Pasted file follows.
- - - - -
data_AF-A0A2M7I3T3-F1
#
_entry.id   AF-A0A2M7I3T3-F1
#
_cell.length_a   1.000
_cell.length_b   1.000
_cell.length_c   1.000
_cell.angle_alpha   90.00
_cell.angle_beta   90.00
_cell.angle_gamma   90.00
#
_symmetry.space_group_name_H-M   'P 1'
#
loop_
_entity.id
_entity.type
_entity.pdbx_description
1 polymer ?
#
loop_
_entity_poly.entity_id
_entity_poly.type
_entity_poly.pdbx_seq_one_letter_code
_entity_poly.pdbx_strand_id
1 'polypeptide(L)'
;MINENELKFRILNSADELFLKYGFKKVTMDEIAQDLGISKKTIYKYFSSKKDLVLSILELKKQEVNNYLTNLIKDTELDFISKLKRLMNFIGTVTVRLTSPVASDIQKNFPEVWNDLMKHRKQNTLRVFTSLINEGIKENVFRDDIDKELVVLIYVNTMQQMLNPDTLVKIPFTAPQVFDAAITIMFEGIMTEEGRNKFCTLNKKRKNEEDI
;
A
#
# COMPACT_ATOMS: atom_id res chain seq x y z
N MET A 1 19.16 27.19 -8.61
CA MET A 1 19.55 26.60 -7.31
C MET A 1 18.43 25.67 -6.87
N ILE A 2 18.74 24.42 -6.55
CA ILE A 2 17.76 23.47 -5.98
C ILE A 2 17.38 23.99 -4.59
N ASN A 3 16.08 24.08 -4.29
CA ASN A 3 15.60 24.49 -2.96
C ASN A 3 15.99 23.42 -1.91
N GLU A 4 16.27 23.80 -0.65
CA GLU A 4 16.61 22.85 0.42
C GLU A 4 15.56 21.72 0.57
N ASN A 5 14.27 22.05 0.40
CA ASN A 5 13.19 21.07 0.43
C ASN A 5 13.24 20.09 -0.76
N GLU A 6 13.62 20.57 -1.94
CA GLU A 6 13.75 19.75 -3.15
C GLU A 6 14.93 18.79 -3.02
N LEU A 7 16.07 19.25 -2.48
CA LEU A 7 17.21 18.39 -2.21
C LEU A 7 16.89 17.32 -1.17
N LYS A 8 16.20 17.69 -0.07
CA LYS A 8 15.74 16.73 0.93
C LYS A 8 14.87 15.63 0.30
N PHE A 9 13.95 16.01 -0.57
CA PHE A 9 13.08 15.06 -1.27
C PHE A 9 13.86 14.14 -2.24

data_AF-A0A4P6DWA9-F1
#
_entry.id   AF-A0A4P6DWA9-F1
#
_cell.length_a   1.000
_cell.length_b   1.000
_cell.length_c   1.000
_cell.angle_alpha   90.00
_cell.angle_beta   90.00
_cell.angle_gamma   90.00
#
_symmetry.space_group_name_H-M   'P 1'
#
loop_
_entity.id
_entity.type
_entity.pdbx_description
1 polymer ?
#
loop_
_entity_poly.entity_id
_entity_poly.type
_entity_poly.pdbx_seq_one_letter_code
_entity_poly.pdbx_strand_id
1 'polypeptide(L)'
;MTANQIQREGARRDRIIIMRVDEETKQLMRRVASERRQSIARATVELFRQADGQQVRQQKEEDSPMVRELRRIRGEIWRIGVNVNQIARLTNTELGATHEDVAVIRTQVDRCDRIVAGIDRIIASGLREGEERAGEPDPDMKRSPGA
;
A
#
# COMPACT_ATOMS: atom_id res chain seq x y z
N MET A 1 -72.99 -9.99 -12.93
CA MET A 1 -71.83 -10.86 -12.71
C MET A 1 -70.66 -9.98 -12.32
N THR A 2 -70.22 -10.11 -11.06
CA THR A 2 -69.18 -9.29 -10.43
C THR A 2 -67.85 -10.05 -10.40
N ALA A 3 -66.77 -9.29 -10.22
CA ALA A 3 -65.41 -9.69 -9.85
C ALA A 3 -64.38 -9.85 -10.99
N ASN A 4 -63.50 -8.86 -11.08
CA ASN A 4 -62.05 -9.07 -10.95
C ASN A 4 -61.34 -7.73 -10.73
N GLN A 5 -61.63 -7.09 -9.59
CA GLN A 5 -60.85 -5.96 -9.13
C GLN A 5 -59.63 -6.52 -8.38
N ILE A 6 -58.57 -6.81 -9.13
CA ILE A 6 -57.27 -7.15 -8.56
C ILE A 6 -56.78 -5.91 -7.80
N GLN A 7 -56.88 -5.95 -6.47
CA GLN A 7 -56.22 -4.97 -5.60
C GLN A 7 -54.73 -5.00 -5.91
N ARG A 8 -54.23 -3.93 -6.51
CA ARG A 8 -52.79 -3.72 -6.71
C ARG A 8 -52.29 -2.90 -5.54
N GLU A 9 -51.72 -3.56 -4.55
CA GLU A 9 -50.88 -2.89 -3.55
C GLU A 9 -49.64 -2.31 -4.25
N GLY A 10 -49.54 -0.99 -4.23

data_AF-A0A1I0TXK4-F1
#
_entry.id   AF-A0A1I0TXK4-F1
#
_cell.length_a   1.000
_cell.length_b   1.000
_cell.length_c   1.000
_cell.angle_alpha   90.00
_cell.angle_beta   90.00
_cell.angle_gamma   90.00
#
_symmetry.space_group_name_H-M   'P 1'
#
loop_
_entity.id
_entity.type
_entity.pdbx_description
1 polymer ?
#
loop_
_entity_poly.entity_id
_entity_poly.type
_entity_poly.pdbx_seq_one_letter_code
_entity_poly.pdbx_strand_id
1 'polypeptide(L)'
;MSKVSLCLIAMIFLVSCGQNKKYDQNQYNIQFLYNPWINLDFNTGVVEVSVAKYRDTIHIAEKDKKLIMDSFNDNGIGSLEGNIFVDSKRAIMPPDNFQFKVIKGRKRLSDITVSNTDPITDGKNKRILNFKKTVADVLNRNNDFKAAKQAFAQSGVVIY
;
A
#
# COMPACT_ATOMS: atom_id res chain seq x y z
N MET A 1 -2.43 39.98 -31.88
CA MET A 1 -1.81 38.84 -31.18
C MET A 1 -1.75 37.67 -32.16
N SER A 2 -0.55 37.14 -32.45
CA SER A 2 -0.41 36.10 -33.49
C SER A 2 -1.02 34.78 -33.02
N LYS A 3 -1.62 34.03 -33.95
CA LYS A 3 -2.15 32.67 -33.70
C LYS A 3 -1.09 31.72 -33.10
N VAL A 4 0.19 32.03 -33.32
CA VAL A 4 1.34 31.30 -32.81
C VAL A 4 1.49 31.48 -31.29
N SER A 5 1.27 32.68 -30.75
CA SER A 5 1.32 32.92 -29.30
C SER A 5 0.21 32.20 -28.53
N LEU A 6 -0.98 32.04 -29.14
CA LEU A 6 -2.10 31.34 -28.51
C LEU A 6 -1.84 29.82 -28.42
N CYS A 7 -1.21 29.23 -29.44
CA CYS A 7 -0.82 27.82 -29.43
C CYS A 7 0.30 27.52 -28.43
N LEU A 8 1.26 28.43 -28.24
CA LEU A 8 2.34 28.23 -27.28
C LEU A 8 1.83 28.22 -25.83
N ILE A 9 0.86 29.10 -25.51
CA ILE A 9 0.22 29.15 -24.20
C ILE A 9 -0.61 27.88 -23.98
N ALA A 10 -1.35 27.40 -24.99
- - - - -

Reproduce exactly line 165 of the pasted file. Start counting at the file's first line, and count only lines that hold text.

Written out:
CA CYS A 7 -0.82 27.82 -29.43